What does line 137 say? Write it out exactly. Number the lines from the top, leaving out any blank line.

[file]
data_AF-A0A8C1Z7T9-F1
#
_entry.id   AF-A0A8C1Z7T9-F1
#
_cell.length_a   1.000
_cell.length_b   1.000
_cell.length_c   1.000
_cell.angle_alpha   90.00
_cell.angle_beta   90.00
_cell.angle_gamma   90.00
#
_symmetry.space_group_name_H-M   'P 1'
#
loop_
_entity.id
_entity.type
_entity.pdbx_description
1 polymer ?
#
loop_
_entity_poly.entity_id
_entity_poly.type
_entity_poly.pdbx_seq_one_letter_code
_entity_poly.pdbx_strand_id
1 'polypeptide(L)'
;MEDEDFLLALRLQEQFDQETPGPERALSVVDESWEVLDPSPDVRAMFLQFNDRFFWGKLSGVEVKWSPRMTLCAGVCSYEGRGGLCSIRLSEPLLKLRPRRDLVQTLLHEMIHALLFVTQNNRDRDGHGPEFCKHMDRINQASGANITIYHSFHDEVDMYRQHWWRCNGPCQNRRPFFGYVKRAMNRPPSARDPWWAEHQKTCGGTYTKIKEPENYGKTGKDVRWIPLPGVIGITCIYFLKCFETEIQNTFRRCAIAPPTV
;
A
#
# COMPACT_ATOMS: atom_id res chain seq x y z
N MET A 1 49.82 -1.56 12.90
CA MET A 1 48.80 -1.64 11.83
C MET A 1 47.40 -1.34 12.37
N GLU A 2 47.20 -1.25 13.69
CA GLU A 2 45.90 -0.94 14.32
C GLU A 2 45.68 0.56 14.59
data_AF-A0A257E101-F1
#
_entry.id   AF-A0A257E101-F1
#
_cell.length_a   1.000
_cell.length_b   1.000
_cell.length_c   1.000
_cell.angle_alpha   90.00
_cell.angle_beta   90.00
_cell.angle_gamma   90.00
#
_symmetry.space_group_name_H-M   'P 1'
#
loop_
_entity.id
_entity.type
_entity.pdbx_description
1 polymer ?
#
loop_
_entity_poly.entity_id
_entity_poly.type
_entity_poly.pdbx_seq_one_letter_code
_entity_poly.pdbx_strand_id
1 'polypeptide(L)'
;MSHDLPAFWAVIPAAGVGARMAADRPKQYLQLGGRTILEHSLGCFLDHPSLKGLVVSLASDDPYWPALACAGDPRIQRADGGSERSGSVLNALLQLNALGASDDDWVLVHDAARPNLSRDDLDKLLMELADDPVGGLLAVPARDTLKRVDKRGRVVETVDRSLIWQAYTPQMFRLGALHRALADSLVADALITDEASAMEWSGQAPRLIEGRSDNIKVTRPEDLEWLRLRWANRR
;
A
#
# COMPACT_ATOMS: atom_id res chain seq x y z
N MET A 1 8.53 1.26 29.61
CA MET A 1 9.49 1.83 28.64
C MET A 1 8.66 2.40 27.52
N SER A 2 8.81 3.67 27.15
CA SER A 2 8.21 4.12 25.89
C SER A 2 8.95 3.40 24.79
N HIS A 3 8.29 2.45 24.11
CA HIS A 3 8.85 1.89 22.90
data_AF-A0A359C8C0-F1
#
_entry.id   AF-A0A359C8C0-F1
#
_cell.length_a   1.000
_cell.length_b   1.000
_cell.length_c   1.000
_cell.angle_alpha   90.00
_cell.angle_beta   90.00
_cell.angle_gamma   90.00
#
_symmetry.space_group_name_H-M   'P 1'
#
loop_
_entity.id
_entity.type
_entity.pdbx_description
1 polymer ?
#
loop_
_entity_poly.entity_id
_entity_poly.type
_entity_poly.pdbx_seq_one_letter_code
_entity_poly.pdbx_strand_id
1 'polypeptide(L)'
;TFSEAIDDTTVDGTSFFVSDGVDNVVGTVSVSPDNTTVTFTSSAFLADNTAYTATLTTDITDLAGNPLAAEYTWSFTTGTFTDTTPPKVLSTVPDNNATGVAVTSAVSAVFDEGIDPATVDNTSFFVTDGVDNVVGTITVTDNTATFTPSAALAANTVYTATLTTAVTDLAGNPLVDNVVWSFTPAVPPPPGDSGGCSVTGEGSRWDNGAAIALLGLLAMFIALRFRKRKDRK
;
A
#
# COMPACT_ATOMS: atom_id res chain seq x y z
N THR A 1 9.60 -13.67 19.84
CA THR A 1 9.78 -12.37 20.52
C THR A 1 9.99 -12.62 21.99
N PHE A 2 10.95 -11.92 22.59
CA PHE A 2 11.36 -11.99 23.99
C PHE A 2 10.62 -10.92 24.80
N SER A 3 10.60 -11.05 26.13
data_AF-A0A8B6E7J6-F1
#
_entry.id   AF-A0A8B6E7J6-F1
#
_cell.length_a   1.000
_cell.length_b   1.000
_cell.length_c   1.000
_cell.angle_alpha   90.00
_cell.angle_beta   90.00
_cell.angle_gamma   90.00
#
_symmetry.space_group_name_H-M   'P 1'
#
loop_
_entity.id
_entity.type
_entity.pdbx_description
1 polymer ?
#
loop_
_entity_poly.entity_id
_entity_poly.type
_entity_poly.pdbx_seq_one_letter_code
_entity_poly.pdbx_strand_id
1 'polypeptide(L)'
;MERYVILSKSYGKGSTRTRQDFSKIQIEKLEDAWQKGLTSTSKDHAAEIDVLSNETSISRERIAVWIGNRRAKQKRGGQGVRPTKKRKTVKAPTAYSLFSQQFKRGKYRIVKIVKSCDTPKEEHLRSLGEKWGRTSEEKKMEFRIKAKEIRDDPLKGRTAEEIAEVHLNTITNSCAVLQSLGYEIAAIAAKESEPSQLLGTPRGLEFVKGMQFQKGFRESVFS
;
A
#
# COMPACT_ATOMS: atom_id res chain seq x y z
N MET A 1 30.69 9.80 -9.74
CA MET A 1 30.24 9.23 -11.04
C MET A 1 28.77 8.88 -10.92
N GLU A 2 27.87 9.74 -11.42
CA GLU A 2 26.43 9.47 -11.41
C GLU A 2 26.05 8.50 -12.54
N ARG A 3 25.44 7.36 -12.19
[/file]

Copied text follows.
;MERYVILSKSYGKGSTRTRQDFSKIQIEKLEDAWQKGLTSTSKDHAAEIDVLSNETSISRERIAVWIGNRRAKQKRGGQGVRPTKKRKTVKAPTAYSLFSQQFKRGKYRIVKIVKSCDTPKEEHLRSLGEKWGRTSEEKKMEFRIKAKEIRDDPLKGRTAEEIAEVHLNTITNSCAVLQSLGYEIAAIAAKESEPSQLLGTPRGLEFVKGMQFQKGFRESVFS